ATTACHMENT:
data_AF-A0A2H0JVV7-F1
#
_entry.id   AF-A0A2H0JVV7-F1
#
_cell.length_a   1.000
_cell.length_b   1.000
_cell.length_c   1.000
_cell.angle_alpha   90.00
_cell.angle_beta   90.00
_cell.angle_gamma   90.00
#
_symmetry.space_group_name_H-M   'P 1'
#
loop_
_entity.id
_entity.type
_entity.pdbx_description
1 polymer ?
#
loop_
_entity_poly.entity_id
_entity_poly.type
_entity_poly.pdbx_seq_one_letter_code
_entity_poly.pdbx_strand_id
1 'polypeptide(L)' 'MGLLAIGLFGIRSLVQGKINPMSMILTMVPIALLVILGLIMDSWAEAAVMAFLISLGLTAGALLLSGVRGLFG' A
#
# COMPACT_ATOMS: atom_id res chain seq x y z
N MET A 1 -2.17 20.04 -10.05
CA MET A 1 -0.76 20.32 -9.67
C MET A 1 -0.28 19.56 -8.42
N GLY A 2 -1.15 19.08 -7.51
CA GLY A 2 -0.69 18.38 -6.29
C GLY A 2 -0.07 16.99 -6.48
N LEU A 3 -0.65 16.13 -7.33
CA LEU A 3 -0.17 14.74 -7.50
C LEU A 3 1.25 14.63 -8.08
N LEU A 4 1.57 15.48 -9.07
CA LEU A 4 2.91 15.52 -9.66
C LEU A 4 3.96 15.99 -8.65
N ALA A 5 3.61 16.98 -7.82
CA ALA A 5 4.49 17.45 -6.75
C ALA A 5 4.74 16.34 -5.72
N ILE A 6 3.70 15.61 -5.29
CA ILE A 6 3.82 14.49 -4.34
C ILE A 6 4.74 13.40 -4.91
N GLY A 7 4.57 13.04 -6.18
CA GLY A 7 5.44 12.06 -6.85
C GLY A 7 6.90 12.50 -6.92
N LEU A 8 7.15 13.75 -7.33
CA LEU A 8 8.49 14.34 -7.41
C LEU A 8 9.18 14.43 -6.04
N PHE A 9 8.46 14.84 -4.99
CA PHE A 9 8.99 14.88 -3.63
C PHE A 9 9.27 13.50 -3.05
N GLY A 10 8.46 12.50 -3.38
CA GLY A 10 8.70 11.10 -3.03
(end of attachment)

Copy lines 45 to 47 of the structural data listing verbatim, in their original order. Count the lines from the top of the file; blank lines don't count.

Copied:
C ILE A 6 4.74 13.40 -4.91
N GLY A 7 4.57 13.04 -6.18
CA GLY A 7 5.44 12.06 -6.85